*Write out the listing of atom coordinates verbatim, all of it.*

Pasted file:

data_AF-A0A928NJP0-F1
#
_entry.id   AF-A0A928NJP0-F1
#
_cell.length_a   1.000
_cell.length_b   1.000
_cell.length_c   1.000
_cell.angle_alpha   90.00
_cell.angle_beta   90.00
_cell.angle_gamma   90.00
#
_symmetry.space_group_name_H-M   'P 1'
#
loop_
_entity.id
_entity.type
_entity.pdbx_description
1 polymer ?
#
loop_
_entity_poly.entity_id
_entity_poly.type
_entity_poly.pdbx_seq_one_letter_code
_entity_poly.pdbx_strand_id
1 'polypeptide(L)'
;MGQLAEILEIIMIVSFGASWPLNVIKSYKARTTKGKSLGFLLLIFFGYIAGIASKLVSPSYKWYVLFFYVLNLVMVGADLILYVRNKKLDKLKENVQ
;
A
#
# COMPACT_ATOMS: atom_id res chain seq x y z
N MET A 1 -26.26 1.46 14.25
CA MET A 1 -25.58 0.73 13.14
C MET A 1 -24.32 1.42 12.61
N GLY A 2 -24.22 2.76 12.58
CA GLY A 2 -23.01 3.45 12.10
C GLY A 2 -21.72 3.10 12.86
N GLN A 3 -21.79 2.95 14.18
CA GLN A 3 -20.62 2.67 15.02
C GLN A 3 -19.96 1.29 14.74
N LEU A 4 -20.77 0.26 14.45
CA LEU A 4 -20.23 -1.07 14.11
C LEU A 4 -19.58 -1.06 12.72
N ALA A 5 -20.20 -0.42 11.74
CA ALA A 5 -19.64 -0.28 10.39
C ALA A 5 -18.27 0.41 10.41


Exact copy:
data_AF-A0A928NJP0-F1
#
_entry.id   AF-A0A928NJP0-F1
#
_cell.length_a   1.000
_cell.length_b   1.000
_cell.length_c   1.000
_cell.angle_alpha   90.00
_cell.angle_beta   90.00
_cell.angle_gamma   90.00
#
_symmetry.space_group_name_H-M   'P 1'
#
loop_
_entity.id
_entity.type
_entity.pdbx_description
1 polymer ?
#
loop_
_entity_poly.entity_id
_entity_poly.type
_entity_poly.pdbx_seq_one_letter_code
_entity_poly.pdbx_strand_id
1 'polypeptide(L)'
;MGQLAEILEIIMIVSFGASWPLNVIKSYKARTTKGKSLGFLLLIFFGYIAGIASKLVSPSYKWYVLFFYVLNLVMVGADLILYVRNKKLDKLKENVQ
;
A
#
# COMPACT_ATOMS: atom_id res chain seq x y z
N MET A 1 -26.26 1.46 14.25
CA MET A 1 -25.58 0.73 13.14
C MET A 1 -24.32 1.42 12.61
N GLY A 2 -24.22 2.76 12.58
CA GLY A 2 -23.01 3.45 12.10
C GLY A 2 -21.72 3.10 12.86
N GLN A 3 -21.79 2.95 14.18
CA GLN A 3 -20.62 2.67 15.02
C GLN A 3 -19.96 1.29 14.74
N LEU A 4 -20.77 0.26 14.45
CA LEU A 4 -20.23 -1.07 14.11
C LEU A 4 -19.58 -1.06 12.72
N ALA A 5 -20.20 -0.42 11.74
CA ALA A 5 -19.64 -0.28 10.39
C ALA A 5 -18.27 0.41 10.41